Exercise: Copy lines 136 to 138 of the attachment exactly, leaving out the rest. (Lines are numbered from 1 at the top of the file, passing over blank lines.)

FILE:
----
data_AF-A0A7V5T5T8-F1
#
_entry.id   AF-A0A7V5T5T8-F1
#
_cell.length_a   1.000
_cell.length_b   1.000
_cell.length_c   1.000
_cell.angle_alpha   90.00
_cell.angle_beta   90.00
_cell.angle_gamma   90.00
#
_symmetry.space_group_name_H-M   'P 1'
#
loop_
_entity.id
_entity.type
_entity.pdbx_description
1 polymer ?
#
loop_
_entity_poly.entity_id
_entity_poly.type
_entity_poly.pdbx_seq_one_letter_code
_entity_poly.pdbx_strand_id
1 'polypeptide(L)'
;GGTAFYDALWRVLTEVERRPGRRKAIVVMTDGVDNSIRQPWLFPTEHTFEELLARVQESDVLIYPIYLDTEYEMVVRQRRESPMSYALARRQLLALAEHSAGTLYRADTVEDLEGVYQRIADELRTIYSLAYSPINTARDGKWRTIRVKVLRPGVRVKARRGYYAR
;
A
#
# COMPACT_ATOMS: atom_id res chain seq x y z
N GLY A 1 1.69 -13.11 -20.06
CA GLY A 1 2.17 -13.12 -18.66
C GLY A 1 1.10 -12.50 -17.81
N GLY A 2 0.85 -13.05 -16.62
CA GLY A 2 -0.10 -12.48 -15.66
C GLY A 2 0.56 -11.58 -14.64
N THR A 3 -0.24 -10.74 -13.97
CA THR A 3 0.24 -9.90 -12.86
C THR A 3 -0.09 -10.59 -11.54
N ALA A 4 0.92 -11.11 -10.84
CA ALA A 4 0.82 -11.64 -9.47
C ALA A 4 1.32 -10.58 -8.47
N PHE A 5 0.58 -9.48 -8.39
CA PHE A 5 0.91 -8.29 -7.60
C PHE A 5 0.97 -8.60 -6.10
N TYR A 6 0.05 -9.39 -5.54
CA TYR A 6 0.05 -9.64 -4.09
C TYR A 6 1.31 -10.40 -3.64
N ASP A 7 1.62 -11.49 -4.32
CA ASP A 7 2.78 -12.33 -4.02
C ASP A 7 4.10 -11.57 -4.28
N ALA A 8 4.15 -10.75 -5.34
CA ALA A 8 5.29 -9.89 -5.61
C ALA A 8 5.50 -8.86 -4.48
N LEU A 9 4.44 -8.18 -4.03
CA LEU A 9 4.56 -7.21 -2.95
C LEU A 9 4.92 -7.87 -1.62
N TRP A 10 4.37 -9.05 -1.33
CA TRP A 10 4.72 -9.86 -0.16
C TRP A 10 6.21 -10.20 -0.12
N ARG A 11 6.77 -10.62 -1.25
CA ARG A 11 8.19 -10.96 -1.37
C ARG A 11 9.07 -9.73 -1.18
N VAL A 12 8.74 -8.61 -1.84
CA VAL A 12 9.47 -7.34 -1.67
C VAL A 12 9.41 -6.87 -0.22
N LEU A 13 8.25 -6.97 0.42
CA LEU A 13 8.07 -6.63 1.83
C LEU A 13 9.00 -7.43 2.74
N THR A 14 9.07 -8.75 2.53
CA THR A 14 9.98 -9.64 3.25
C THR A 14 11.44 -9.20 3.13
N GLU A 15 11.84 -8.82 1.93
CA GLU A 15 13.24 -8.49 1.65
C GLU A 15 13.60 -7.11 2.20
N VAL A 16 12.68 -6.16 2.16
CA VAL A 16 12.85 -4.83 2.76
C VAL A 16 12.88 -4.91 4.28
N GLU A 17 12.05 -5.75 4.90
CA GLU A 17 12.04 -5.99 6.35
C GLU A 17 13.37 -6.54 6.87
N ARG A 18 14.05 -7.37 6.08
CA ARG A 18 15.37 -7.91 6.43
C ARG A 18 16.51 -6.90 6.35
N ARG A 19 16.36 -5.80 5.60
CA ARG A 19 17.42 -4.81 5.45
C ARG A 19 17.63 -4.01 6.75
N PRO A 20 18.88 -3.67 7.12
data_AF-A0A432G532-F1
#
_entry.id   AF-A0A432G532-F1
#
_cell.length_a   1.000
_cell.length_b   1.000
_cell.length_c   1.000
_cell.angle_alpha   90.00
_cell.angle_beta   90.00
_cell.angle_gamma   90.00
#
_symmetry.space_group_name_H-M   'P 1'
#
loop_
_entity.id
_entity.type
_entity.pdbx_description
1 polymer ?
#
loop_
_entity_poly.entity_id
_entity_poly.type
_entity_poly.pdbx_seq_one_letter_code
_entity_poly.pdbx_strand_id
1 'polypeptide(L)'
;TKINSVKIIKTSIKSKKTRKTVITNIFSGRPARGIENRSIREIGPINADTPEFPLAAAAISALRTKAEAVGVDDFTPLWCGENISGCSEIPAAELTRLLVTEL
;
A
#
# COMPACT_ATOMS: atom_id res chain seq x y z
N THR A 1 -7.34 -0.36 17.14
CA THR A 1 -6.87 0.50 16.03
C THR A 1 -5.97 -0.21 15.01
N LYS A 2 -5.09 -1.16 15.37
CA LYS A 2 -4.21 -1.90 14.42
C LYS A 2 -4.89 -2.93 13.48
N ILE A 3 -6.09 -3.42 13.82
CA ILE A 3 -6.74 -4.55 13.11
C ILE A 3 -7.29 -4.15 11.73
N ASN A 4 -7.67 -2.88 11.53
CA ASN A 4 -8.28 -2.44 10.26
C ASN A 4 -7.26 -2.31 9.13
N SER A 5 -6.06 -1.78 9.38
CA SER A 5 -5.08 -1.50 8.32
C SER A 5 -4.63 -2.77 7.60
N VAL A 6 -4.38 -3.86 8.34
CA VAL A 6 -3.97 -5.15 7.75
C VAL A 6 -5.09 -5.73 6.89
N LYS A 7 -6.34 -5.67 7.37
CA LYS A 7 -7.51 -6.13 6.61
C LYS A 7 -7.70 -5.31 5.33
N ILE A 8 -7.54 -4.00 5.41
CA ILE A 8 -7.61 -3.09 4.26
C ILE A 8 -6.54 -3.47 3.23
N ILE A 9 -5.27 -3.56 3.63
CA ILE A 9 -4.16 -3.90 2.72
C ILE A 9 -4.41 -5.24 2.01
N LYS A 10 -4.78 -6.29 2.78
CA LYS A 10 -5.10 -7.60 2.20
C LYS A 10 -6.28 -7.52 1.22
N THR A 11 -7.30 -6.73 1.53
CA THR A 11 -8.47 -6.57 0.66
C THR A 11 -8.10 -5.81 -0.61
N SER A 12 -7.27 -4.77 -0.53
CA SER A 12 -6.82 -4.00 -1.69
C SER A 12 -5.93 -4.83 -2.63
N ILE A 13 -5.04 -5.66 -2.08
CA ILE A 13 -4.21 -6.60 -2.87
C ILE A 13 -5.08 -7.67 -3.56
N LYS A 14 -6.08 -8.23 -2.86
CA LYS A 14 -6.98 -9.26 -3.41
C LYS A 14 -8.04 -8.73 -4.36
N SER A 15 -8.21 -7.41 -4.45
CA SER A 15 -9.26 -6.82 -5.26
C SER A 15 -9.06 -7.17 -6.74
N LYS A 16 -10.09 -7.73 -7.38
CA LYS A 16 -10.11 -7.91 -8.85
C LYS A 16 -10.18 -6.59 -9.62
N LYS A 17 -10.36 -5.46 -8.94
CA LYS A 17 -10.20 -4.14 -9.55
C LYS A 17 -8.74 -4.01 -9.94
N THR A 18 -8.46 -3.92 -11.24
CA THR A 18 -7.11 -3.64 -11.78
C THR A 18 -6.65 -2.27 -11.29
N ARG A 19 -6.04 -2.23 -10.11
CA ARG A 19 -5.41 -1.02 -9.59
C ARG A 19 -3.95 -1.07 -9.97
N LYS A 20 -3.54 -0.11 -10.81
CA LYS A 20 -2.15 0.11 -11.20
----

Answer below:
C VAL A 6 -5.09 -5.73 6.89
N LYS A 7 -6.34 -5.67 7.37
CA LYS A 7 -7.51 -6.13 6.61